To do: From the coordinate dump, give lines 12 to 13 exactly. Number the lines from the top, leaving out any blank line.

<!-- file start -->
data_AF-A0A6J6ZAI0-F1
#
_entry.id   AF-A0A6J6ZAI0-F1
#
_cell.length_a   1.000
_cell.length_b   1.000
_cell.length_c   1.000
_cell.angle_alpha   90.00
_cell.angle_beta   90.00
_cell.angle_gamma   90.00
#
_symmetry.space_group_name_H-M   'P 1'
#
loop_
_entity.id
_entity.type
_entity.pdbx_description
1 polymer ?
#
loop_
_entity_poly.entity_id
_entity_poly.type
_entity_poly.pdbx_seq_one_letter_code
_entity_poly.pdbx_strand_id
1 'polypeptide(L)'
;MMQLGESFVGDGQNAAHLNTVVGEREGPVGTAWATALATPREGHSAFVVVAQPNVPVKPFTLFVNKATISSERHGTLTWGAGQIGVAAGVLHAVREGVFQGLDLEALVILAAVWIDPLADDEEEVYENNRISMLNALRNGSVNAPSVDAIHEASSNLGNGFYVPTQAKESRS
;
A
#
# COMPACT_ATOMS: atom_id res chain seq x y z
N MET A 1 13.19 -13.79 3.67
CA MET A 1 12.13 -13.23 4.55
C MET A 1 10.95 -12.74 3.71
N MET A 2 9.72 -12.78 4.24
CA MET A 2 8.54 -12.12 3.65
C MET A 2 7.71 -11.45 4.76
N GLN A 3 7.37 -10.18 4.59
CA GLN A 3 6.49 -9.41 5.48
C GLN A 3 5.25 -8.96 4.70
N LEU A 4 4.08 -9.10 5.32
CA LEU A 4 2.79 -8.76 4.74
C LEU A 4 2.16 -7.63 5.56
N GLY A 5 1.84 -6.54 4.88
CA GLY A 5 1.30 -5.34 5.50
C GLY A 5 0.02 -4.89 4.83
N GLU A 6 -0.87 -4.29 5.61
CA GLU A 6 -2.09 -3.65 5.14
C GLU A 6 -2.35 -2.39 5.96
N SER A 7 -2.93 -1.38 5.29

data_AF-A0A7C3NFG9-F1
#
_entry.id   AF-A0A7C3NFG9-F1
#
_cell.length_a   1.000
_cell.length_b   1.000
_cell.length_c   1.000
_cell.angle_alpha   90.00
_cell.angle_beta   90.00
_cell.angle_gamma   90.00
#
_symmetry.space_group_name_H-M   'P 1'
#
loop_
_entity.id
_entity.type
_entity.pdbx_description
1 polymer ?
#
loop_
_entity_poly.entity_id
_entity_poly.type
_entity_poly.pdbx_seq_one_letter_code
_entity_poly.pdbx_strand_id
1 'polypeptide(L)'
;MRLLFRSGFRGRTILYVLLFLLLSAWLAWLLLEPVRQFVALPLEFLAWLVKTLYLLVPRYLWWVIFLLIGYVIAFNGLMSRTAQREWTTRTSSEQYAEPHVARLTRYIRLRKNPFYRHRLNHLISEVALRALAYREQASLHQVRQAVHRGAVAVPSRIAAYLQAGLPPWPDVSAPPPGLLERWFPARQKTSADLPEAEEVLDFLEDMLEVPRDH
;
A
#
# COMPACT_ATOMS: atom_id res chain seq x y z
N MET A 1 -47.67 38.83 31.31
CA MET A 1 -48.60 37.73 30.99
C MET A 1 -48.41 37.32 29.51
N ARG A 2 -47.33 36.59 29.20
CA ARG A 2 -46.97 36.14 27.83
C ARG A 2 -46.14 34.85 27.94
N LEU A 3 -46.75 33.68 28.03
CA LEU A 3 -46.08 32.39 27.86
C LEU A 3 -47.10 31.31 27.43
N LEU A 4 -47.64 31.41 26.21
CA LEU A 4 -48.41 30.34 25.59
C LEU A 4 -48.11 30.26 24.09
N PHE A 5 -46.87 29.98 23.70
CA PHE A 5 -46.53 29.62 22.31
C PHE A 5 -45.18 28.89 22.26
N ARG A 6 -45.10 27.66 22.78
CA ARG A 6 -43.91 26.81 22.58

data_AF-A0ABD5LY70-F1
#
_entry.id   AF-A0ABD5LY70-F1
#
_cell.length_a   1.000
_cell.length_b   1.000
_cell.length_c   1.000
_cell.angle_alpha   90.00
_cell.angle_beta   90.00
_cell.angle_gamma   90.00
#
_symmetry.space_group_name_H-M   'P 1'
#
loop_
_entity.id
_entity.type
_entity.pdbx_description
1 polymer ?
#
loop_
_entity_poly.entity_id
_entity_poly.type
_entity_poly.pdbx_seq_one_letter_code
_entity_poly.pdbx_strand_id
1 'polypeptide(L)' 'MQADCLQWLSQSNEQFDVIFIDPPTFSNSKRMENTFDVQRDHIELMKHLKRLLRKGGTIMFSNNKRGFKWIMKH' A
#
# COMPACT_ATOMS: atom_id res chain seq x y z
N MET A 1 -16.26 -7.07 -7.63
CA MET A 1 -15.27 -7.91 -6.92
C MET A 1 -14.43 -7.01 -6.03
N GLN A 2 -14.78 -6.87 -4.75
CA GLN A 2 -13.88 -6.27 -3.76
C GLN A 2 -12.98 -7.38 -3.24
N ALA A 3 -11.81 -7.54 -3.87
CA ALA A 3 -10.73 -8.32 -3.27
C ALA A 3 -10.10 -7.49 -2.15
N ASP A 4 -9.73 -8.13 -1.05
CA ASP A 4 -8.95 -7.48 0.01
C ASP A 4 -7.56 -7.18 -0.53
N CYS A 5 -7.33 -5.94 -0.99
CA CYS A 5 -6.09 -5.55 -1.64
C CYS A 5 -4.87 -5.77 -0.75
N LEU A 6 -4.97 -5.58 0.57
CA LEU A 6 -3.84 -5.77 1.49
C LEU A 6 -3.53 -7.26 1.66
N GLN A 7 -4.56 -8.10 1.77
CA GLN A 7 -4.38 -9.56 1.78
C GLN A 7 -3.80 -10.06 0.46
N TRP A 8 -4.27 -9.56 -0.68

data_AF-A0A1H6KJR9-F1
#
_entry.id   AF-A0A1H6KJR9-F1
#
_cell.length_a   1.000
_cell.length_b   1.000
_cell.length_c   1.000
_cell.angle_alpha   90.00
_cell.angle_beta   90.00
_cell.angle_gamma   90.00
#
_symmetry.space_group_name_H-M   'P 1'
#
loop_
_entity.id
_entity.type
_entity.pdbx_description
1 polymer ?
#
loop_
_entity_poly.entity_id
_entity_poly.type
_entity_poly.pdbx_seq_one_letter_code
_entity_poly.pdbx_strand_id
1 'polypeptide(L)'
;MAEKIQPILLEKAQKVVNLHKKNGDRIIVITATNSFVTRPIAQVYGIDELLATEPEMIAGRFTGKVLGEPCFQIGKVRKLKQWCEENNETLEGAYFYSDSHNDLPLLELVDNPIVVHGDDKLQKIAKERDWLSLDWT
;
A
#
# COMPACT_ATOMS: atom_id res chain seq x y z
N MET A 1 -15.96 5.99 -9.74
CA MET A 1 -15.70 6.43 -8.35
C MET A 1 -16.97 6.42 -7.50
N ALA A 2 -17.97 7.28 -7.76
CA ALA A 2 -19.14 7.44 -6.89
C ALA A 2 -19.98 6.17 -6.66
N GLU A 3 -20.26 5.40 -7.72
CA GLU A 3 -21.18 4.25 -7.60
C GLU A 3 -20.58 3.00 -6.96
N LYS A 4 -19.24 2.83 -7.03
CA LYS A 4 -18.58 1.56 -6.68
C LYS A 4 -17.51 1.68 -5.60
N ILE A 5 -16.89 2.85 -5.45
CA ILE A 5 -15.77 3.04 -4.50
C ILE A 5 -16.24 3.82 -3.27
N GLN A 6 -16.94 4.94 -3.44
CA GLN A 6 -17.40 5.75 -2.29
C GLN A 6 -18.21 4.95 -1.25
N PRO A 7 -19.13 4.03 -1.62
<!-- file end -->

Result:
_symmetry.space_group_name_H-M   'P 1'
#